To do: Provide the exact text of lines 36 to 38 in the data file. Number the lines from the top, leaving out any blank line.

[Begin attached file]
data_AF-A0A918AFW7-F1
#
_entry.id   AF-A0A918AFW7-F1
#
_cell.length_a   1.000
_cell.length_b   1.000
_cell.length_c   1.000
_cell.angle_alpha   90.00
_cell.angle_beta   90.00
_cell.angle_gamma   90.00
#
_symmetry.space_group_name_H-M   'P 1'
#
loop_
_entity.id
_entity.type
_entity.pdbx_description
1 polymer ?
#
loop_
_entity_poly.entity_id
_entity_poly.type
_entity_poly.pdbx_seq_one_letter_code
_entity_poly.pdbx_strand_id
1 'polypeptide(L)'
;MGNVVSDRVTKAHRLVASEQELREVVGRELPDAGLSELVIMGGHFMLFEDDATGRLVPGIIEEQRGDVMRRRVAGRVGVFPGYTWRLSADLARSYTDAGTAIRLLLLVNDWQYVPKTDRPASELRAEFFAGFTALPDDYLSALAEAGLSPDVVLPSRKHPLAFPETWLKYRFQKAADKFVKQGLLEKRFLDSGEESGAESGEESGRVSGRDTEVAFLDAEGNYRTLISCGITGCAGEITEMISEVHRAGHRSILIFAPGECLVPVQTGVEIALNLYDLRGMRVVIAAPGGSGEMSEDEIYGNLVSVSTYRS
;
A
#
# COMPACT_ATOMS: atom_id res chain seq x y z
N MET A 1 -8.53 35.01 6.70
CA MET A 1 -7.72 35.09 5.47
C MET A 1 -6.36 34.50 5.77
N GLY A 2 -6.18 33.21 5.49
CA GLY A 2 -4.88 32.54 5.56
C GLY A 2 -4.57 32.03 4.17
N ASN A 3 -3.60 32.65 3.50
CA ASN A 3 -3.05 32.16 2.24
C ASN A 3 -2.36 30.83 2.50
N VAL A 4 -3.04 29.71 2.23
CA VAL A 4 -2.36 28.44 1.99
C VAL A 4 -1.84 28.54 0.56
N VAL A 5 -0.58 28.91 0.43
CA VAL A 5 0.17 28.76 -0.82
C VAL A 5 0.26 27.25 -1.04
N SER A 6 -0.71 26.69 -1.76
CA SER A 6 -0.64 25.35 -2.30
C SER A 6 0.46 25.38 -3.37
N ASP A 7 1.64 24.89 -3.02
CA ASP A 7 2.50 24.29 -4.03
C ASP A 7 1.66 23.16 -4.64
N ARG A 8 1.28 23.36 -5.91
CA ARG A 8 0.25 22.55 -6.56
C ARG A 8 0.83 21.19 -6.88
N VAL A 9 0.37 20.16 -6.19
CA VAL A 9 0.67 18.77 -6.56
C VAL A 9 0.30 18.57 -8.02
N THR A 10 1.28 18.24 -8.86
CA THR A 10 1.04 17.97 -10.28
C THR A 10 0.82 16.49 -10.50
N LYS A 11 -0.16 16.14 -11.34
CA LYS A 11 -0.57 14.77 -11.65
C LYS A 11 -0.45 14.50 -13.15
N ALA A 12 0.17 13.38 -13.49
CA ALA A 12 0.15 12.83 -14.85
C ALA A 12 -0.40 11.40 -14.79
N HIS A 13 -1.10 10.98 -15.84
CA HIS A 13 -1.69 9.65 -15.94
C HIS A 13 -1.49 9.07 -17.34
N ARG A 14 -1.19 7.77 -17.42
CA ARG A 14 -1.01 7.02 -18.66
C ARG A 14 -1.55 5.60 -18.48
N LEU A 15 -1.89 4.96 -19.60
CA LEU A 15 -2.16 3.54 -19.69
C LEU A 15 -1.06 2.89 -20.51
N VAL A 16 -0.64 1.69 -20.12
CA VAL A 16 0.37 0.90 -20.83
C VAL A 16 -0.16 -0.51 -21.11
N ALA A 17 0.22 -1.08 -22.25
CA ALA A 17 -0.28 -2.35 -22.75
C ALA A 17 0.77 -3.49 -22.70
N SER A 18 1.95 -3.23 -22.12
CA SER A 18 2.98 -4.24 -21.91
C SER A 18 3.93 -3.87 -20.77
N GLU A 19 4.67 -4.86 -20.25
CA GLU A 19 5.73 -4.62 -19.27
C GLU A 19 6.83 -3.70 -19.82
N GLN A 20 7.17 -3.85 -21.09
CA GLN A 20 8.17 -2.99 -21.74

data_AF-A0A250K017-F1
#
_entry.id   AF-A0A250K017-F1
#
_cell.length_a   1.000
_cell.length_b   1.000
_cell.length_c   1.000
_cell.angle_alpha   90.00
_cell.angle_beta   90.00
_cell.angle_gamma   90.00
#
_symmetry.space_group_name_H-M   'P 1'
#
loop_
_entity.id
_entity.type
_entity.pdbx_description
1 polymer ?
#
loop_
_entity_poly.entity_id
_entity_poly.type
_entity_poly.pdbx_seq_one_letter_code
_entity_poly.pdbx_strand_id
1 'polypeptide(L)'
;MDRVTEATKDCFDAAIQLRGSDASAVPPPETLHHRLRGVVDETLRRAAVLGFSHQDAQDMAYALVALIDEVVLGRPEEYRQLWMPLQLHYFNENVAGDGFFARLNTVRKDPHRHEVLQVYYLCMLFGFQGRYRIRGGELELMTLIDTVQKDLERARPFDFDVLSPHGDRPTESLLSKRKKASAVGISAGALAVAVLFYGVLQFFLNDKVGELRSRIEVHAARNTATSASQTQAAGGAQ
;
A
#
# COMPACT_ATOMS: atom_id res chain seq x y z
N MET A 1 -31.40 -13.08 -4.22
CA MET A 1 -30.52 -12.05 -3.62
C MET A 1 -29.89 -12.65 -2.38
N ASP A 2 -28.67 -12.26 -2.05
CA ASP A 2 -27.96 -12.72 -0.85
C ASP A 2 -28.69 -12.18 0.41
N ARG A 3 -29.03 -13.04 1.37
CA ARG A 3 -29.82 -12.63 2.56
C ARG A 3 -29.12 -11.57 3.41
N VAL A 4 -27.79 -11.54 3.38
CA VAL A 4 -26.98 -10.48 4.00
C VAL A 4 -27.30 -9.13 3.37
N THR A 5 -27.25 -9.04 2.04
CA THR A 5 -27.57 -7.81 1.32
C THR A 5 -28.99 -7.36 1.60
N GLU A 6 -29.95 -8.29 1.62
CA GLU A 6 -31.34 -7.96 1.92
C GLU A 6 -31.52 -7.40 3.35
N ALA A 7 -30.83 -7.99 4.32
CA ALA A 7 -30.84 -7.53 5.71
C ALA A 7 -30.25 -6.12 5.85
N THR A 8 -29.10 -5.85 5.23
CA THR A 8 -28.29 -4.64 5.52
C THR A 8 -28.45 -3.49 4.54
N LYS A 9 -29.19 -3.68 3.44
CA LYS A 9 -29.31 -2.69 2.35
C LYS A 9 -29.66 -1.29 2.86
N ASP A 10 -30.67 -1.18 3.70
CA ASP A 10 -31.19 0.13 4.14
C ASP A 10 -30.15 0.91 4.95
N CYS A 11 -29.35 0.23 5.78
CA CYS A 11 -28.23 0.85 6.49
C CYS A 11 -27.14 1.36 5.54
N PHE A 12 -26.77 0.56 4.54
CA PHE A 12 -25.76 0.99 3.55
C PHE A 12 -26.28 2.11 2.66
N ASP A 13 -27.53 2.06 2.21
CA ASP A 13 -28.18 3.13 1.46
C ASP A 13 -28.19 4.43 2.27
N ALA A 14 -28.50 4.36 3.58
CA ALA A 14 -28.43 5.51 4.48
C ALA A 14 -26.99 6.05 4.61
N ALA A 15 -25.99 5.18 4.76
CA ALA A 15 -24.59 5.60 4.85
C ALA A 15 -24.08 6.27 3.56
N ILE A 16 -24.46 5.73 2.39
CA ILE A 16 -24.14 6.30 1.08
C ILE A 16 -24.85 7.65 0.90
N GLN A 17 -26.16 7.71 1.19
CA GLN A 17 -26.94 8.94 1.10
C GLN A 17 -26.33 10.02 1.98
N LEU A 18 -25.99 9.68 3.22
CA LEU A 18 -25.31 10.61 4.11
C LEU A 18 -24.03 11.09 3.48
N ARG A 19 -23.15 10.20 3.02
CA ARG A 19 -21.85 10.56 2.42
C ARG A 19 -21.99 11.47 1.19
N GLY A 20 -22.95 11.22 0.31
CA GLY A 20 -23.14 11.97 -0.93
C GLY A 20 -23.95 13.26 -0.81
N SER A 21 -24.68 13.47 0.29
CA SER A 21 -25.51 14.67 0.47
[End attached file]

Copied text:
C GLY A 2 -4.57 32.03 4.17
N ASN A 3 -3.60 32.65 3.50
CA ASN A 3 -3.05 32.16 2.24